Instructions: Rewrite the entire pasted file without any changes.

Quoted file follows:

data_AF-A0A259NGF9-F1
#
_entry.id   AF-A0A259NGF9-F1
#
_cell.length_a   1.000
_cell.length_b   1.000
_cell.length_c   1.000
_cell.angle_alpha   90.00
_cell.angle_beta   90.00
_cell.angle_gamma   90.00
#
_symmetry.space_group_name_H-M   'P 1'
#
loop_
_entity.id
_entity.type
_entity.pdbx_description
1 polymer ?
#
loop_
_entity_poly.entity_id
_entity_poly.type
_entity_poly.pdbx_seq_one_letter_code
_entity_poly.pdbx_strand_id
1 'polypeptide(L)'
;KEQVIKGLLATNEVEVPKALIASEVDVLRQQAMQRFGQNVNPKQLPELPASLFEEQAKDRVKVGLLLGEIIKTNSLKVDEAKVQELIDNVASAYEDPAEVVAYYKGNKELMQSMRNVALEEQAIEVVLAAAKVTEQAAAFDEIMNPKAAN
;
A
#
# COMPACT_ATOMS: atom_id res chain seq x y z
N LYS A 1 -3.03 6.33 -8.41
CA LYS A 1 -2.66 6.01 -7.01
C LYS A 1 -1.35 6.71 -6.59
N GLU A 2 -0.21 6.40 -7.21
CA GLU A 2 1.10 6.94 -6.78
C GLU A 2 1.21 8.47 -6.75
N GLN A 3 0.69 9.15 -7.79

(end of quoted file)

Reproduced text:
data_AF-A0A259NGF9-F1
#
_entry.id   AF-A0A259NGF9-F1
#
_cell.length_a   1.000
_cell.length_b   1.000
_cell.length_c   1.000
_cell.angle_alpha   90.00
_cell.angle_beta   90.00
_cell.angle_gamma   90.00
#
_symmetry.space_group_name_H-M   'P 1'
#
loop_
_entity.id
_entity.type
_entity.pdbx_description
1 polymer ?
#
loop_
_entity_poly.entity_id
_entity_poly.type
_entity_poly.pdbx_seq_one_letter_code
_entity_poly.pdbx_strand_id
1 'polypeptide(L)'
;KEQVIKGLLATNEVEVPKALIASEVDVLRQQAMQRFGQNVNPKQLPELPASLFEEQAKDRVKVGLLLGEIIKTNSLKVDEAKVQELIDNVASAYEDPAEVVAYYKGNKELMQSMRNVALEEQAIEVVLAAAKVTEQAAAFDEIMNPKAAN
;
A
#
# COMPACT_ATOMS: atom_id res chain seq x y z
N LYS A 1 -3.03 6.33 -8.41
CA LYS A 1 -2.66 6.01 -7.01
C LYS A 1 -1.35 6.71 -6.59
N GLU A 2 -0.21 6.40 -7.21
CA GLU A 2 1.10 6.94 -6.78
C GLU A 2 1.21 8.47 -6.75
N GLN A 3 0.69 9.15 -7.79